Johnson & Johnson will begin using cornstarch in all the baby powder it sells around the world, shifting away from the talc that put the popular product at the center of tens of thousands of lawsuits filed by customers.
The company suspended North American sales of its talcum-based baby powder in 2020 after recalling some bottles in 2019, but will stop selling the product globally in 2023, it said Thursday. Johnson & Johnson said it was already selling cornstarch baby powder in countries around the world.
More than 40,000 lawsuits, many from women with ovarian cancer or mesothelioma, have accused Johnson & Johnson of selling talcum powder for baby powder while aware of its links to health risks, such as possible asbestos contamination.
The company said the decision to move to corn starch was part of an ongoing evaluation of its portfolio and would help simplify its product offering and meet “evolving global trends.” It also reiterated its stance on baby powder safety: “We stand behind the decades of independent scientific analysis by medical experts worldwide confirming that talc-based Johnson’s Baby Powder is safe, asbestos-free and cancer-free.”
Johnson & Johnson has sold cornstarch baby powder for decades, developing its version of the product in 1980 after consumer advocates raised concerns that talc contained traces of asbestos, a cancer-causing substance. The company did not immediately respond to questions about how much talcum baby powder was left on the market.
“It’s kind of a no-brainer solution,” said Alex Scranton, director of science and research at the environmental group Women’s Voices for the Earth. She noted that cornstarch was cheap, easy to obtain and free of talc’s “toxic profile” and concerns about asbestos contamination.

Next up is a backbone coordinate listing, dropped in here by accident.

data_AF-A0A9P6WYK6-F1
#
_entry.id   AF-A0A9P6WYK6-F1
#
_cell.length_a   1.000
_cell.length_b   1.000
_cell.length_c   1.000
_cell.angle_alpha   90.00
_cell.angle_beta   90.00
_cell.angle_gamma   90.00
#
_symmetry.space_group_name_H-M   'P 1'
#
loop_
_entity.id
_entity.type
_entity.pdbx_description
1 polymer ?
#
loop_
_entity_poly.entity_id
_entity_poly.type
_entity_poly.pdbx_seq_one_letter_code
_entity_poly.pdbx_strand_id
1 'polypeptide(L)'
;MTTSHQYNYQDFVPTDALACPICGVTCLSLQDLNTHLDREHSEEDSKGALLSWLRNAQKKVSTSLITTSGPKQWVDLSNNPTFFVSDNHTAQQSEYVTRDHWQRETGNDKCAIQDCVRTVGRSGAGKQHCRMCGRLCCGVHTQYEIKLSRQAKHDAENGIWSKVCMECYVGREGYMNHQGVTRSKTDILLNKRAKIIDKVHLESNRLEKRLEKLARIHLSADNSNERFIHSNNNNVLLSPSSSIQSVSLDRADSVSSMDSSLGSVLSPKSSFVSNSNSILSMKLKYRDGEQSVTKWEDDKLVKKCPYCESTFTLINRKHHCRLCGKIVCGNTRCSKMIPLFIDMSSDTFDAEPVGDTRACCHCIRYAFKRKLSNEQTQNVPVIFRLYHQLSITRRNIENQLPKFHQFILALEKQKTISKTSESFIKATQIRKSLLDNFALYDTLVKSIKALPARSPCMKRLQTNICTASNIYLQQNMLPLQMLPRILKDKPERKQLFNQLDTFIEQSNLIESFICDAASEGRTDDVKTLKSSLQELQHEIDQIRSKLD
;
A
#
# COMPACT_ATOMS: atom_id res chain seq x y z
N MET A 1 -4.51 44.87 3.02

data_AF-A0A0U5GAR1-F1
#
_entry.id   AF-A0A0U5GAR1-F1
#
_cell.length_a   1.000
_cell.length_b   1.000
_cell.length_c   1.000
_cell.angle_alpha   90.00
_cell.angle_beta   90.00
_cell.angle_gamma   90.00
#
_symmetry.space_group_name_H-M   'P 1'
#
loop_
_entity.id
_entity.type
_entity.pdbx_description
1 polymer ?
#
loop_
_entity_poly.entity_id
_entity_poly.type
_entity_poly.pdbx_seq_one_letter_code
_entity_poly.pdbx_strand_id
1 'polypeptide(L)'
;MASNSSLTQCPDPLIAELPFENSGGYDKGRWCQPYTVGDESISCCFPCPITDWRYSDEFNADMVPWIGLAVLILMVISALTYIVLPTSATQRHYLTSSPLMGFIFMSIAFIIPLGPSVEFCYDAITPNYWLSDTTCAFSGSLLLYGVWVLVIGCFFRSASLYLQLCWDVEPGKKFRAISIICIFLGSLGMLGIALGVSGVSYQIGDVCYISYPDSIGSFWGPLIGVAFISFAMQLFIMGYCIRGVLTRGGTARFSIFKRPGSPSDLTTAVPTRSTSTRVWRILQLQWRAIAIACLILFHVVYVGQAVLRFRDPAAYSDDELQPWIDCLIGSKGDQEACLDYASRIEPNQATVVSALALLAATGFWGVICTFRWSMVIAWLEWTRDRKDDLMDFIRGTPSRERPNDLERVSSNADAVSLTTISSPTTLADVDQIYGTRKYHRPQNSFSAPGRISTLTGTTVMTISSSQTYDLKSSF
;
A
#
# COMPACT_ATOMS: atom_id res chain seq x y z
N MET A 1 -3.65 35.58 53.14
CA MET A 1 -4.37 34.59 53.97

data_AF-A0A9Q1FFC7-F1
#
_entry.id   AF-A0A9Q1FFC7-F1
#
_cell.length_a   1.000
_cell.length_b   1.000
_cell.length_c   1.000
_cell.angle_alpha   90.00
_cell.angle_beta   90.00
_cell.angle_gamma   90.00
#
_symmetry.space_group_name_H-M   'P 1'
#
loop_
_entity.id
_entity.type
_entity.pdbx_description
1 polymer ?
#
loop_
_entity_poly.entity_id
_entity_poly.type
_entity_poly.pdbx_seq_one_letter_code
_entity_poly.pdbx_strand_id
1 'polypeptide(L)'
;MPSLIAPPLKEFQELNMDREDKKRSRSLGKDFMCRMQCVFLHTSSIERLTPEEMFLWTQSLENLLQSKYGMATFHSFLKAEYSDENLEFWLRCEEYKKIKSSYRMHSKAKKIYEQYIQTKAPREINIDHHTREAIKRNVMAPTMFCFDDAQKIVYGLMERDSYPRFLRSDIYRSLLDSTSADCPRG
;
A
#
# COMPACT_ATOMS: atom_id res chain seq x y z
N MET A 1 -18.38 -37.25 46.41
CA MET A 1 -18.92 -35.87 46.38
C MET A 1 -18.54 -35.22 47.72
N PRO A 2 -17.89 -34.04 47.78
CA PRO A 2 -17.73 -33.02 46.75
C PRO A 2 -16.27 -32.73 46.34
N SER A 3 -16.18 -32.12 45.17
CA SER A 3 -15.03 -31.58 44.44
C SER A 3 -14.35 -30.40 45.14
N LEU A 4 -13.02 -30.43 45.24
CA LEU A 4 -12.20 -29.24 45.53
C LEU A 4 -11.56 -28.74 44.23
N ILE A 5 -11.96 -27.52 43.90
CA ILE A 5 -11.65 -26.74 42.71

Women’s Voices for the Earth was one of nearly 200 organizations that participated in a campaign, led by Black Women for Wellness, to pressure Johnson & Johnson to remove talc-based products from shelves worldwide.
Janette Robinson Flint, executive director of Black Women for Wellness, said she was celebrating the news.
“We took on a giant company and we fought and we won,” she said. “When they said they were taking it off the market in North America, they weren’t really taking it off the market – they were just changing the market. They took it out of high-end stores but kept it in 99-cent stores.”
In April, Johnson & Johnson shareholders voted against a proposal to stop sales of the talcum powder baby powder in global markets such as Asia and South America – a request that had been driven by concerns about the company’s legal and reputational problems. Last year, the company faced $1.6 billion in talc-related litigation expenses and had set aside $3.9 billion the year before. Reputation-tracking firms said Johnson & Johnson’s once-pristine name had been tarnished among consumers by the talc allegations.
Talc-based products account for a small portion of Johnson & Johnson’s sales of consumer products, which also include Band-Aid bandages and Listerine mouthwash, but are responsible for a huge portion of the legal headache. In one talc case, Johnson & Johnson was ordered to pay $4.69 billion to 22 plaintiffs in one of the largest personal injury verdicts ever.
The company has attempted to limit its legal exposure via an elaborate corporate stunt known as the Texas Two-Step. In February, a New Jersey bankruptcy judge approved the company to proceed with the maneuver, which takes its name from a foxtrot-inspired dance style and derives its convoluted structure from a quirk of Texas business law.
The reorganization process, which involves splitting up assets and sealing them off from creditors, has been tried only a handful of times since it was conceived in 1989, mostly by companies facing asbestos exposure claims. If successful, it could shield Johnson & Johnson from billions of dollars in legal claims, while demonstrating an escape route for other companies inundated with personal injury lawsuits.
The gambit has set the Johnson & Johnson talc lawsuits on hold and can leave claimants, some of whom are extremely ill, with a smaller pot of funds for payouts. The plaintiffs’ lawyers have filed an appeal to try to stop the maneuver and said the next hearing is scheduled for September.
“After decades of selling talc-based products the company knew could cause fatal cancer in unsuspecting women and men, J.&J. has finally done the right thing,” said Leigh O’Dell, one of the plaintiffs’ attorneys.